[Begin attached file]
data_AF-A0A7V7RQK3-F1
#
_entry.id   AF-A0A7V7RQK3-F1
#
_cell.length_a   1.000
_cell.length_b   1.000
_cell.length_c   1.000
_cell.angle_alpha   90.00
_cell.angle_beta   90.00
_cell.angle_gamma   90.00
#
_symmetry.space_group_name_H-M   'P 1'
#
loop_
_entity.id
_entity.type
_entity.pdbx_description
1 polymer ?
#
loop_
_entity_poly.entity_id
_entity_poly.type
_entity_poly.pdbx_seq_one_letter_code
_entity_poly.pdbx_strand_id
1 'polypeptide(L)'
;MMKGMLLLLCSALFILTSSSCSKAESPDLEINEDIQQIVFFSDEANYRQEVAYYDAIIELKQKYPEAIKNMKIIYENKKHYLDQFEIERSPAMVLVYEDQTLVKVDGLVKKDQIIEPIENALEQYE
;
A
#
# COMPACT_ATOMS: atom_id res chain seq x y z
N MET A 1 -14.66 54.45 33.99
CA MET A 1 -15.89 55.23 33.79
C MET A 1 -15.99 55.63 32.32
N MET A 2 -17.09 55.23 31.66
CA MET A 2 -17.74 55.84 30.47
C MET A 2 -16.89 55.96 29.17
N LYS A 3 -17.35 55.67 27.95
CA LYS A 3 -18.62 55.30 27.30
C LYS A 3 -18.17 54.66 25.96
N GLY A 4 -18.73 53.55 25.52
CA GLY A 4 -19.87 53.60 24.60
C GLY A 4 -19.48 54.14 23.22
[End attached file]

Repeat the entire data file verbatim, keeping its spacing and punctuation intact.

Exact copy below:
data_AF-A0A7V7RQK3-F1
#
_entry.id   AF-A0A7V7RQK3-F1
#
_cell.length_a   1.000
_cell.length_b   1.000
_cell.length_c   1.000
_cell.angle_alpha   90.00
_cell.angle_beta   90.00
_cell.angle_gamma   90.00
#
_symmetry.space_group_name_H-M   'P 1'
#
loop_
_entity.id
_entity.type
_entity.pdbx_description
1 polymer ?
#
loop_
_entity_poly.entity_id
_entity_poly.type
_entity_poly.pdbx_seq_one_letter_code
_entity_poly.pdbx_strand_id
1 'polypeptide(L)'
;MMKGMLLLLCSALFILTSSSCSKAESPDLEINEDIQQIVFFSDEANYRQEVAYYDAIIELKQKYPEAIKNMKIIYENKKHYLDQFEIERSPAMVLVYEDQTLVKVDGLVKKDQIIEPIENALEQYE
;
A
#
# COMPACT_ATOMS: atom_id res chain seq x y z
N MET A 1 -14.66 54.45 33.99
CA MET A 1 -15.89 55.23 33.79
C MET A 1 -15.99 55.63 32.32
N MET A 2 -17.09 55.23 31.66
CA MET A 2 -17.74 55.84 30.47
C MET A 2 -16.89 55.96 29.17
N LYS A 3 -17.35 55.67 27.95
CA LYS A 3 -18.62 55.30 27.30
C LYS A 3 -18.17 54.66 25.96
N GLY A 4 -18.73 53.55 25.52
CA GLY A 4 -19.87 53.60 24.60
C GLY A 4 -19.48 54.14 23.22